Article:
The day started much like any other. Researcher Daniel Burns and his colleagues were keeping a respectful distance behind a pair of courting humpback whales. Then a third whale made an unexpected appearance. The new arrival beganto press his attentions on the increasingly harassed female. Taking fright, she manoeuvred to place the research boat between herself andher suitors, leaving Burns and his team sandwiched between three 35-tonne whales, all shoving in different directions. “The adrenaline was pumping,” says Burns, recalling how he braced himself on the bow of the six-metre vessel as it lurched precariously between the massive animals, each measuring about twice the length of the boat. But he and his team got what they came for: a sample of whale 'dandruff'.

Using a kitchen sieve strapped to the end of a stick, Burns and his team trail behind whales and quickly scoop up flakes of skin — some as big as the palm of a hand — before they sink. The flakes are naturally shed by the animals when they launch themselves out of the water (see above) or slap their tail fins on the surface.

Scooping up skin might not have the glamour normally associated with whale watching, but Burns and his colleagues think the flakes could offer a non-invasive way of working out a whale's age. If they are right, one of the key arguments in favour of killing whales for scientific purposes will be dead in the water.

Burns, a PhD student at the Southern Cross University Whale Research Centre in Lismore, New South Wales, goes out in virtually all weather, from dawn until dusk. He is part of a research team, led by Peter Harrison, that is developing genetic techniques to age humpback whales (Megaptera novaeangliae) from their sloughed skin. Currently, the most accurate way to age baleen whales such as humpbacks, which lack the teeth often used to age whales, is to count the lamination rings that form in their ear wax. Because the ear canal is closed to the outside world, wax accumulates in layers. Such laminations are conventionally thought to form twice a year in humpbacks. But counting them requires killing and dissecting the whale.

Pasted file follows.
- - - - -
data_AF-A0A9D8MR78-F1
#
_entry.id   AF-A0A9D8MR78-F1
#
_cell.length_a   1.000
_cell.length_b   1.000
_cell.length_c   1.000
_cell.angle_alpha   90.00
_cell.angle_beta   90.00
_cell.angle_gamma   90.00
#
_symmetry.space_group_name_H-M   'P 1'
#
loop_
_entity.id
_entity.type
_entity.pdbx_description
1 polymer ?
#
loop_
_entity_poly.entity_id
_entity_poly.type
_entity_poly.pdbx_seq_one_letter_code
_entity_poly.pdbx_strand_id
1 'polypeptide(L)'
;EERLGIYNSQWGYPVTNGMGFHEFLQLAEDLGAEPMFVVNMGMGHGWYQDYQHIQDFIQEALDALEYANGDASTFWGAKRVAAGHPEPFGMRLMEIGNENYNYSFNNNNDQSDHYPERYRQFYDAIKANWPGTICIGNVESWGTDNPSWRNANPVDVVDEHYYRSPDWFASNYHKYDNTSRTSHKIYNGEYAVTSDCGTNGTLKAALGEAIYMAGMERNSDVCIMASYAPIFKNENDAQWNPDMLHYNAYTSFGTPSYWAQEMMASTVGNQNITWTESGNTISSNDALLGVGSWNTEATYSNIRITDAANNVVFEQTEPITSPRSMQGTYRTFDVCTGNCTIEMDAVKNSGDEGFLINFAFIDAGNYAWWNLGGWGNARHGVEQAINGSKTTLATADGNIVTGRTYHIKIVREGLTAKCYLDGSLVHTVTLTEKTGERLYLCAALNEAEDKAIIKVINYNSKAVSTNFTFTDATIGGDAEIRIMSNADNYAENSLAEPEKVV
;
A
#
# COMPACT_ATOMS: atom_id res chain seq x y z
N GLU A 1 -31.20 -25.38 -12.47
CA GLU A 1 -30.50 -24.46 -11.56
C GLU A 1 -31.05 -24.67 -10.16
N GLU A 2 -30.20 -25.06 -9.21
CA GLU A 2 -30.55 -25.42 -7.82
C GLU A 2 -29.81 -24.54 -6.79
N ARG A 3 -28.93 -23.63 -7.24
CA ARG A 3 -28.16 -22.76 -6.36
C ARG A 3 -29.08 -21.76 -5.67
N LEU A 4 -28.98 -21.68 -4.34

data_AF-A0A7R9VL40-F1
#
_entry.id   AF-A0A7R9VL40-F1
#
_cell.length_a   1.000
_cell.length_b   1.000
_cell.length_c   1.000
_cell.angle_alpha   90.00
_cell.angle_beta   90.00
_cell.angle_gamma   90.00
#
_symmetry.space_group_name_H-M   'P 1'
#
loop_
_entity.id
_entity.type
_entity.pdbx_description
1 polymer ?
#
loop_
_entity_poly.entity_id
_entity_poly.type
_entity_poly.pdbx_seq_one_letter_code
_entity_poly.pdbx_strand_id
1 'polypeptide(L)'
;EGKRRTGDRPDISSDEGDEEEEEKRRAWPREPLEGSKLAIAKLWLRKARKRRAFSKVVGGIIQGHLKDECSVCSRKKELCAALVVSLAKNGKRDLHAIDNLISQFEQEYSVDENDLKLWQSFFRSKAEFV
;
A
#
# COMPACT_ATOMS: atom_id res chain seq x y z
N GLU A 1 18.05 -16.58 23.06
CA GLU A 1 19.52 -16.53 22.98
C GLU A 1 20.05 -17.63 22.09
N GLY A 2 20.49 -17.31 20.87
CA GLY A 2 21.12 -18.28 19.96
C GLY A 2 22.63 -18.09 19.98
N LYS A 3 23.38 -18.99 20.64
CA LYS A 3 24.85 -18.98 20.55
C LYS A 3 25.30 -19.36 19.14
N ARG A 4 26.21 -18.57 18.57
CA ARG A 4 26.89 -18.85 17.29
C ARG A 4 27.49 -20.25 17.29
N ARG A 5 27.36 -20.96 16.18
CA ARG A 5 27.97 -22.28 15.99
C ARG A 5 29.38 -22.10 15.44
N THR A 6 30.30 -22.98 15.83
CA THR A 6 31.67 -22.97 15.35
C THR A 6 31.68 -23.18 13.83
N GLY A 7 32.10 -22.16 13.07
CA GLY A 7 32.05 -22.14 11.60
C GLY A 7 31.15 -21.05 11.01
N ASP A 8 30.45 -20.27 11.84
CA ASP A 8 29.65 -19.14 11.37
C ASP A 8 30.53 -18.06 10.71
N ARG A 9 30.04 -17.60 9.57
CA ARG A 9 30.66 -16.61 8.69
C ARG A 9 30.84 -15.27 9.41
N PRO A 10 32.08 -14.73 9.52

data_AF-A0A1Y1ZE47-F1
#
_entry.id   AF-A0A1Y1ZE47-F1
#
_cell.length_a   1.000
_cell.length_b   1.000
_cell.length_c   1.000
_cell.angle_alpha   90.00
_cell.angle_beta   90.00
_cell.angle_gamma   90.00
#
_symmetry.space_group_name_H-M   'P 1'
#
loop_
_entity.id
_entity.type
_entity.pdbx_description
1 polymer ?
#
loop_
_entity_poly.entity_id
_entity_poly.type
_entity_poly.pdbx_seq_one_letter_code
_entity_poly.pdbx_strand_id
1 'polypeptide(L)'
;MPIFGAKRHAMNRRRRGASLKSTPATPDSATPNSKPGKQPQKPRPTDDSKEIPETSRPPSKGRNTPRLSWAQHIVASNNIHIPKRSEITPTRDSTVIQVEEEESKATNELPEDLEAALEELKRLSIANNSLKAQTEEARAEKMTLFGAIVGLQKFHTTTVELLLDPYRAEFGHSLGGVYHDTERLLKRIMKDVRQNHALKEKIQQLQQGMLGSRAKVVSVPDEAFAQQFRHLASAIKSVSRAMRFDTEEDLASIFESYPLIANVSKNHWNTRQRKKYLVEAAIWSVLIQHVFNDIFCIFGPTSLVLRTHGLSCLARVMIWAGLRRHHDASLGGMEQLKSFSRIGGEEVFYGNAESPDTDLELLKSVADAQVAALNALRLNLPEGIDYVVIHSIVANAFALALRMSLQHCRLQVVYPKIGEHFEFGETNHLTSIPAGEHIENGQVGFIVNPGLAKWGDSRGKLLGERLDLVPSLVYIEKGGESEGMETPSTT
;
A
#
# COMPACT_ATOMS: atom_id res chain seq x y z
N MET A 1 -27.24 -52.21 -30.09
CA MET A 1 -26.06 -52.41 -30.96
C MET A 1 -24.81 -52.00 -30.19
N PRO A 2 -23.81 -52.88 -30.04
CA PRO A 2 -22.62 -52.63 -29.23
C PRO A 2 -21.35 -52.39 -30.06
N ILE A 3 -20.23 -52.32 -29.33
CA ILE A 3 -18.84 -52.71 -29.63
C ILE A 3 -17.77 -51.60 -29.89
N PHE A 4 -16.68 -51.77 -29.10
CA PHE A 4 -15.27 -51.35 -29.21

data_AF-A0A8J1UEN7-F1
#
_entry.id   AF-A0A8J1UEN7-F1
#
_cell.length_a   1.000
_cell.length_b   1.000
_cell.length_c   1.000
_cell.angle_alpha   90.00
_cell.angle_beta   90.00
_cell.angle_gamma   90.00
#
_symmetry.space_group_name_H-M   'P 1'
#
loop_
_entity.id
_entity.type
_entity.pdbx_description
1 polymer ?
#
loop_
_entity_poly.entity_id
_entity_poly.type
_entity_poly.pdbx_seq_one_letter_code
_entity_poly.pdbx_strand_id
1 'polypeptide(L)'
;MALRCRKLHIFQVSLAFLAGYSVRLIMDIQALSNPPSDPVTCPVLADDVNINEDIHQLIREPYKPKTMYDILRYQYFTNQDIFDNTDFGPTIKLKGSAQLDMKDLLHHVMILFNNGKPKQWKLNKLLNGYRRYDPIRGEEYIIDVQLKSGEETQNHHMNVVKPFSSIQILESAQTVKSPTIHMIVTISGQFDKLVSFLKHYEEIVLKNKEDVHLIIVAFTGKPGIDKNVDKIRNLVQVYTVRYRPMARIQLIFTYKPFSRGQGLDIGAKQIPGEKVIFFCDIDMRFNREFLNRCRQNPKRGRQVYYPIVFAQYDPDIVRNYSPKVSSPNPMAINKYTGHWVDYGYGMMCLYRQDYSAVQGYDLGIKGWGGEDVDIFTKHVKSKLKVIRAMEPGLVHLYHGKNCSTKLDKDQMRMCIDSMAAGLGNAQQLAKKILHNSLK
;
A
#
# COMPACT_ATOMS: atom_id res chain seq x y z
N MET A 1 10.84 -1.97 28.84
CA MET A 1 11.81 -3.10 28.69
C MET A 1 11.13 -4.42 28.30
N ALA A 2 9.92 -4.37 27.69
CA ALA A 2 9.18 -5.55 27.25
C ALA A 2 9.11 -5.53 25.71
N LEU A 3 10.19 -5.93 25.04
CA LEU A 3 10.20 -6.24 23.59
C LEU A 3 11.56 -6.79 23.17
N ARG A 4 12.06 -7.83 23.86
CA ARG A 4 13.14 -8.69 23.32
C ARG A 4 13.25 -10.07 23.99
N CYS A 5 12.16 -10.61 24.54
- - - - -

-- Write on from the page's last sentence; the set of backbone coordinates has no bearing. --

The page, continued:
Showing the years

“Being able to age whales is something of a holy grail,” says Phil Clapham, a whale biologist at the National Marine Mammal Laboratory in Seattle, Washington. Knowing whales' ages would enable biologists to model population dynamics, to better understand whale behaviour and assess how well the creatures are recovering from the devastating slaughter of the past century. It could also reveal whether mating tactics change with age, why individuals associate with each other at certain stages, and answer basic questions, such as exactly how long humpback whales live. Earlier reports suggested half a century, but researchers now suspect they could live for twice as long as that.

Harrison's team — and other groups around the world — hope that clues to a whale's age lie in the tips of its chromosomes, where there are stretches of short, repeated DNA sequences called telomeres. Like countdown timers, telomeres gradually shorten with age in some species, including humans. Studies of humans and birds suggest that individuals can be assigned to broad age classes1,2, based on the length of their telomeres — although variability between individuals and in the rate of telomere loss during an individual's lifetime make it difficult to determine age precisely. Whale researchers are optimistic that, if whales are also shown to lose telomere sequences with age, telomere analysis could provide a non-lethal means to assign individuals to broad age groups.

It's better to have the approximate age of a live whale than the exact age of a dead whale. Peter Harrison

The need is urgent, say researchers, because last year Japan declared that it will double its catch of minke whales for scientific research. It will also include, for the first time since the International Whaling Commission (IWC) imposed a moratorium on commercial whaling in 1986, humpback and fin whales in its annual catch for research — with a yearly take of 50 of each species3. One of Japan's main scientific arguments for increasing its catch is the need to collect samples to determine population structure. Harrison's team and others hope that the telomere method could scotch this claim. “If the technique works, it would put a large nail in the coffin of Japan's argument for a scientific whaling programme,” says Clapham.

Using telomeres to estimate the age of whales — and other cetaceans, such as dolphins and porpoises — is untested water. Telomeres shorten with age in some animals, but not in others4; some even lengthen5. To show that the telomere ageing method will work in whales, researchers need a sample of known age.

Harrison's team is fortunate to have access to an extensive photo library of whales created by Trish Franklin, a historian, and her husband Wally, a retired airline executive. The couple have been meticulously photographing and documenting the animals since 1989. “It started off as an interest, which then become a passion — and later an obsession,” says Wally, who, along with his wife, is now undertaking a PhD under Harrison's supervision.